Israeli airstrikes on Gaza high-rises may have been war crimes, rights group claims
The Israeli airstrikes that destroyed four high-rise buildings during May's conflict in the Gaza Strip may have violated international laws of war, a leading human rights group has claimed.
Israeli forces attacked the Hanadi, Jawhara, Shorouk, and Jala towers in the densely populated al-Rimal neighborhood between May 11 and 15, claiming Palestinian militant groups were using the towers for military purposes.
Although no-one was harmed in the airstrikes, a report by Human Rights Watch (HRW), based partly on analysis of videos and photographs, says that several dozen families were left homeless, with buildings damaged and businesses ruined as a result.
Richard Weir, crisis and conflict researcher for Human Rights Watch, said: “The apparently unlawful Israeli strikes on four high-rise towers in Gaza City caused serious, lasting harm for countless Palestinians who lived, worked, shopped or benefited from businesses based there.
“The Israeli military should publicly produce the evidence that it says it relies on to carry out these attacks.”
Israeli authorities said the buildings contained offices of Hamas and other Palestinian militant groups, including the bases of military intelligence.
Israeli warplanes unleashed a new series of heavy airstrikes at several locations in Gaza City in mid May
But HRW's research, based on interviews with 18 Palestinians who saw the strikes or were impacted by them, concluded there was no evidence that members of militant groups had a presence in any of the towers over the time they were targeted.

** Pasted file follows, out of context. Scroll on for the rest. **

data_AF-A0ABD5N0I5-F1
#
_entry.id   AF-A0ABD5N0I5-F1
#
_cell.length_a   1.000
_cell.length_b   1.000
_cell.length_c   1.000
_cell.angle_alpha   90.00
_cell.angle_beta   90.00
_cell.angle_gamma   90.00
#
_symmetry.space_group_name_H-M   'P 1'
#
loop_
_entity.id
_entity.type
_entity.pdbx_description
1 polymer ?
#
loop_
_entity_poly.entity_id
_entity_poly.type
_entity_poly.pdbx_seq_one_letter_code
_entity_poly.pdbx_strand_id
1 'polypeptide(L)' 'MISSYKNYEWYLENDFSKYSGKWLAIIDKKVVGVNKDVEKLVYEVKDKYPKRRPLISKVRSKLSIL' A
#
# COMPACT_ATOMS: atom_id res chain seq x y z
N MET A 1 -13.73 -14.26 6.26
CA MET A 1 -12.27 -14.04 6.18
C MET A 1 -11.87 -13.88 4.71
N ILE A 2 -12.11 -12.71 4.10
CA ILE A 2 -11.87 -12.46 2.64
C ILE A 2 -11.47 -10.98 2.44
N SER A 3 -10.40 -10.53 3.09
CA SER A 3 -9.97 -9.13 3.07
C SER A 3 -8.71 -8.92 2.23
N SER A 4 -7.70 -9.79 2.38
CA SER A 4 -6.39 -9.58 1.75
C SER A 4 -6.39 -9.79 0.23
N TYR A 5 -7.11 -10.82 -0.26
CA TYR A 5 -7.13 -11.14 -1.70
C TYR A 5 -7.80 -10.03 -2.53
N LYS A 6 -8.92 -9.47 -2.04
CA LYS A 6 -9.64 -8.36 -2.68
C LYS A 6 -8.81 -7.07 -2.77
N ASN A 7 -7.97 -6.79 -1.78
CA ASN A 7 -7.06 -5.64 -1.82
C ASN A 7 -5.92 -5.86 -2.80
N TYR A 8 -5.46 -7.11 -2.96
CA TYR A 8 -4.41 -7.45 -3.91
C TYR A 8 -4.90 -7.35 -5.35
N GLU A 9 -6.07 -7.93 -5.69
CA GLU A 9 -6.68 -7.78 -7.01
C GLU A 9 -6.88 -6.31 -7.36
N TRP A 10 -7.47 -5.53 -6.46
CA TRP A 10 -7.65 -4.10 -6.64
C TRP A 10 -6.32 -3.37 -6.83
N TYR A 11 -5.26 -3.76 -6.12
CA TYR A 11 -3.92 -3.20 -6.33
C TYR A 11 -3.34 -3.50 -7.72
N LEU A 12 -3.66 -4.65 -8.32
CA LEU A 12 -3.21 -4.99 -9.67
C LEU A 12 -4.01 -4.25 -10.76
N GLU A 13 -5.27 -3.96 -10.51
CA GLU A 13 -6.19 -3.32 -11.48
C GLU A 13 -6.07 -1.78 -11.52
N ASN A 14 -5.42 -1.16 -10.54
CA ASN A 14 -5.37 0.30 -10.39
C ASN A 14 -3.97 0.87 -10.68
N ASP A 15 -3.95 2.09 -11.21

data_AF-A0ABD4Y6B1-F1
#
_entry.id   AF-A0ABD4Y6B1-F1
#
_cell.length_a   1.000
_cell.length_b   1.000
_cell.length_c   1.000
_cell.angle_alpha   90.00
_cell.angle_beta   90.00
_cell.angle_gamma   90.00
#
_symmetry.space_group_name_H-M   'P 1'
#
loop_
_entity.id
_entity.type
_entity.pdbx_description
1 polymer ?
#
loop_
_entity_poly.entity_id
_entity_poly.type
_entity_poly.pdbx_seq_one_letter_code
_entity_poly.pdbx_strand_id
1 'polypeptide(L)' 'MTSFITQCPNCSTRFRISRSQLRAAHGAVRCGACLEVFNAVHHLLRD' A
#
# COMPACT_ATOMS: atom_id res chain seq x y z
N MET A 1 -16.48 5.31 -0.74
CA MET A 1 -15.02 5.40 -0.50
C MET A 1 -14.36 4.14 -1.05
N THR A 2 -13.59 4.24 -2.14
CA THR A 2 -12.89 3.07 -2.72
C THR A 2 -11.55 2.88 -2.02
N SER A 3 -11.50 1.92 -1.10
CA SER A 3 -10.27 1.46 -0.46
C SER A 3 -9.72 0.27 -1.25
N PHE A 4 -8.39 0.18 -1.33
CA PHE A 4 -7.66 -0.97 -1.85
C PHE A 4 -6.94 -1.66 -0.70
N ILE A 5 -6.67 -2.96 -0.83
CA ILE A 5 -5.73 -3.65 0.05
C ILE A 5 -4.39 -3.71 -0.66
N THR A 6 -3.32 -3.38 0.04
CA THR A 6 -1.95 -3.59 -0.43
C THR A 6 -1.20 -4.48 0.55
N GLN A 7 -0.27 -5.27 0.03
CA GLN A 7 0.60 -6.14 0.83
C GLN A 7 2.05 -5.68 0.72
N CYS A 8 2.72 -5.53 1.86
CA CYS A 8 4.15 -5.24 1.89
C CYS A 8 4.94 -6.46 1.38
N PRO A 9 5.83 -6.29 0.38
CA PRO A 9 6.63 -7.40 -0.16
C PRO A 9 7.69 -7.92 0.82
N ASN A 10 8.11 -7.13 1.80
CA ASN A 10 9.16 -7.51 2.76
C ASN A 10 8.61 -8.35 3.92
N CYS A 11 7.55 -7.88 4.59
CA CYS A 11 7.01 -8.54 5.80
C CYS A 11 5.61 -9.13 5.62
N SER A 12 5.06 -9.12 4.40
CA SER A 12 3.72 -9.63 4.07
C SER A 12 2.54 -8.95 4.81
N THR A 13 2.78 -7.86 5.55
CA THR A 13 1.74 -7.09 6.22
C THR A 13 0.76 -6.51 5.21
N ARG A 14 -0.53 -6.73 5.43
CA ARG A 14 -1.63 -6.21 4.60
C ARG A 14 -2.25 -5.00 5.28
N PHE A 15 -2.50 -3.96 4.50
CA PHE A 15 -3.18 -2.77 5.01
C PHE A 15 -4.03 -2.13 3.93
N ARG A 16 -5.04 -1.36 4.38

While the report acknowledges the Israeli military warned tenants of impending attacks, allowing for their evacuation, it states the airstrikes appeared to cause disproportionate harm to civilian property.
The Israeli has said that during the conflict with Palestinian armed groups in Gaza from May 10 to 21, its forces attacked some 1,500 targets with air- and ground-launched munitions.
The United Nations estimates at least 256 people were killed in Gaza, with 13 people killed in Israel during 11 days of intense fighting.
It came after weeks of bitter Israeli-Palestinian tension in East Jerusalem which culminated in clashes at a holy site revered by both Muslims and Jewish people.
The militant Islamist group Hamas, which controls Gaza, began firing rockets after warning Israel to retreat from the site, sparking retaliatory air strikes. The Israeli military did not immediately respond to the accusations levelled in the report.